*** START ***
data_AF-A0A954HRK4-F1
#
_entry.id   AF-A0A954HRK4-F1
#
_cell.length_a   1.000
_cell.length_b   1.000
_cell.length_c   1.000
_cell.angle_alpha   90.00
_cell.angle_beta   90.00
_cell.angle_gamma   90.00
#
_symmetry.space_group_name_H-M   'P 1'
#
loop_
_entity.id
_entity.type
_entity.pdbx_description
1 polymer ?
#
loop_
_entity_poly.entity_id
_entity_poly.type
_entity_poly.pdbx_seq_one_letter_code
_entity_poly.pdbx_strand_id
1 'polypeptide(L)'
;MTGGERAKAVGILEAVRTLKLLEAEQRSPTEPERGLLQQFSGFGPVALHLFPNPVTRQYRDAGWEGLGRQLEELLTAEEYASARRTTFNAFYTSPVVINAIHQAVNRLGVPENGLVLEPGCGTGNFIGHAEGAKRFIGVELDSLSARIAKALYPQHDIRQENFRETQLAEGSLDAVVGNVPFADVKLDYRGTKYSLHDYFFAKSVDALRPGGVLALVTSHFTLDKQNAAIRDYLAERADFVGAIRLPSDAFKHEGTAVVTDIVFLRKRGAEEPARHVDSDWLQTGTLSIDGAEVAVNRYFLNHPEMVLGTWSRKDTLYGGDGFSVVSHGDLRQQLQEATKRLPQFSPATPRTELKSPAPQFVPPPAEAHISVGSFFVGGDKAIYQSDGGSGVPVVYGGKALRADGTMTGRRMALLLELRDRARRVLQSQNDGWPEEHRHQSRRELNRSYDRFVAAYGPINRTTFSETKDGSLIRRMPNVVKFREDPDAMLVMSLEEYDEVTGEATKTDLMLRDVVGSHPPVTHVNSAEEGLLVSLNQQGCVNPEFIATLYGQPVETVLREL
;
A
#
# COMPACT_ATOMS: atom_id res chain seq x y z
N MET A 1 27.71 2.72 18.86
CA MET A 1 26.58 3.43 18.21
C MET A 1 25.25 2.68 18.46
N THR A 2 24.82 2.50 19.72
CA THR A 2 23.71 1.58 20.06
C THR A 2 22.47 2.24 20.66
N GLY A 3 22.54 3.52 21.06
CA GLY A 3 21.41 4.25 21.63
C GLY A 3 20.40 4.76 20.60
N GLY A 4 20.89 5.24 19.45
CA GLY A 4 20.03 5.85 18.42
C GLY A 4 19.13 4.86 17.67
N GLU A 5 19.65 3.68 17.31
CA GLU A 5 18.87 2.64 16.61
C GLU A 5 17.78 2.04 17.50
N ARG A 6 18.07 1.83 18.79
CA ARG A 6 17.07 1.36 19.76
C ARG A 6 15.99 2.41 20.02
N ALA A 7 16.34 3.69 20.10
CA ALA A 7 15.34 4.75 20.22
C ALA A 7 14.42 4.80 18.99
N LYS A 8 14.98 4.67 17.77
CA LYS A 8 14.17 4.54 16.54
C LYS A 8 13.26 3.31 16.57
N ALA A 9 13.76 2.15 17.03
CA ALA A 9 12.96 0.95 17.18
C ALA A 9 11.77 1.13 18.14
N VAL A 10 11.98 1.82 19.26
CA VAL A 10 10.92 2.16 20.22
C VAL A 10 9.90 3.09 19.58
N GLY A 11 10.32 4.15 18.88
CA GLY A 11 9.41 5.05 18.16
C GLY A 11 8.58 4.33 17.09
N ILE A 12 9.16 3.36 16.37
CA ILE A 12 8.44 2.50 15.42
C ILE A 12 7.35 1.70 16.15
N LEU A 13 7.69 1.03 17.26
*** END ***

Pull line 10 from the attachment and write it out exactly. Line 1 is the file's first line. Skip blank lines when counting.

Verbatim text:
_cell.angle_gamma   90.00